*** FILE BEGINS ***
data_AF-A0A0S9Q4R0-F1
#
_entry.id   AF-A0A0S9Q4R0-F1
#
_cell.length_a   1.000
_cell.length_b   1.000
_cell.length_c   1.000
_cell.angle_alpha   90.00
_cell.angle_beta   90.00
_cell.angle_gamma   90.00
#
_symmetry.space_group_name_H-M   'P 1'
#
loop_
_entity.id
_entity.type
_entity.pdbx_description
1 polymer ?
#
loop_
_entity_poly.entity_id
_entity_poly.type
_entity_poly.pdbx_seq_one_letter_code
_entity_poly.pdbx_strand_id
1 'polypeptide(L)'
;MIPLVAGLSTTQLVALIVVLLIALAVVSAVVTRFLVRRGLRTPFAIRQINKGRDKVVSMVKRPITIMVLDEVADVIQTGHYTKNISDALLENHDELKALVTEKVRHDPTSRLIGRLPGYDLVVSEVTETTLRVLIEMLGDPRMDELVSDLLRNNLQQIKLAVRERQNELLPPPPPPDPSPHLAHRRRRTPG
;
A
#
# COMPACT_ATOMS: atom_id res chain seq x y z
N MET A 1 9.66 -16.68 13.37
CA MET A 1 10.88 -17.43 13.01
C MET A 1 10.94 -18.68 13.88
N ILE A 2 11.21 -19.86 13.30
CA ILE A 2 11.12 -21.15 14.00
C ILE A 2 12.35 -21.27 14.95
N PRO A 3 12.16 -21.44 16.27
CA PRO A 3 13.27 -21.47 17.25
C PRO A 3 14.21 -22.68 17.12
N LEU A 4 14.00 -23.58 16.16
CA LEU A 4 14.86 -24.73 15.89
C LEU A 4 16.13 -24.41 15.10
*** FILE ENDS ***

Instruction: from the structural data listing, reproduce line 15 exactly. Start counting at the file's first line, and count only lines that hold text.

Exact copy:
_entity.id